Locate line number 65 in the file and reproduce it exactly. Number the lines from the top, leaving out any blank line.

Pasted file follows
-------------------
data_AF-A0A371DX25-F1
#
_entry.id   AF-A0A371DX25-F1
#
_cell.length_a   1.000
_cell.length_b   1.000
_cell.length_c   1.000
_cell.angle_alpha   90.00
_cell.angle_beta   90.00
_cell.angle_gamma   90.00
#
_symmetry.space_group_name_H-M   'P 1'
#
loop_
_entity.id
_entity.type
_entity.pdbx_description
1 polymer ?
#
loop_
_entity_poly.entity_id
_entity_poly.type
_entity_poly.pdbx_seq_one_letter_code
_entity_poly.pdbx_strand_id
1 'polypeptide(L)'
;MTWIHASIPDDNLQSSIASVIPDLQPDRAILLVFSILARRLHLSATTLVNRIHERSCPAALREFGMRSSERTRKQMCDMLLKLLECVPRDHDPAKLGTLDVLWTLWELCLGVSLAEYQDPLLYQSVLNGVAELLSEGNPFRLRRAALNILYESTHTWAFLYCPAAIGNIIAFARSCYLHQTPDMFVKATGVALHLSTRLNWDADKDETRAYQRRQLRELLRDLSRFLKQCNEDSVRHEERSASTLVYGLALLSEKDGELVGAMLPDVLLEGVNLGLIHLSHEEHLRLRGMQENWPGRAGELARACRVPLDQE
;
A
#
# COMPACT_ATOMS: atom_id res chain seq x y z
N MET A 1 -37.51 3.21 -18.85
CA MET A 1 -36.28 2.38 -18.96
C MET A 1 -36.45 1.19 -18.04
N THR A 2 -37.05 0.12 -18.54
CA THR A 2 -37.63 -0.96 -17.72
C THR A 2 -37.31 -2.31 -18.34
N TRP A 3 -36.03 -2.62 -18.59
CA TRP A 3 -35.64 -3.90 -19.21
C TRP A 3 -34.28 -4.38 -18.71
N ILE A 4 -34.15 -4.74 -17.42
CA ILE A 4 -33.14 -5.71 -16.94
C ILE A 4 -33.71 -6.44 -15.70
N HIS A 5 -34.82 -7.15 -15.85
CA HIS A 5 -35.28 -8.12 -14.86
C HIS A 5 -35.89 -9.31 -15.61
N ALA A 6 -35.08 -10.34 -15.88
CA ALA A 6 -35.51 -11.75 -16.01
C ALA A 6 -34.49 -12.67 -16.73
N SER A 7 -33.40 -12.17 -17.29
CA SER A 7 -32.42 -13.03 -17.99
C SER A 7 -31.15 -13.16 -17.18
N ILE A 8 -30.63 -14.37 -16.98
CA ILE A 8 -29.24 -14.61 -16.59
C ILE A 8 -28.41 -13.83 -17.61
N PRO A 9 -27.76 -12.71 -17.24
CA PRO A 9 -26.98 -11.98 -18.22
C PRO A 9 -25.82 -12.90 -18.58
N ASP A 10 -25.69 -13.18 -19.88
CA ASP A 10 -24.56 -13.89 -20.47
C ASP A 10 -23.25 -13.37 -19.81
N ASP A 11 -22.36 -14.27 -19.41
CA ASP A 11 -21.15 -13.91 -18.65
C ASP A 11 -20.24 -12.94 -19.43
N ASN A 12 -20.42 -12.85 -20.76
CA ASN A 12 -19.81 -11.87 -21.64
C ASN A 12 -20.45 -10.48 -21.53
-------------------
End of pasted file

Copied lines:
CA ASN A 12 -19.81 -11.87 -21.64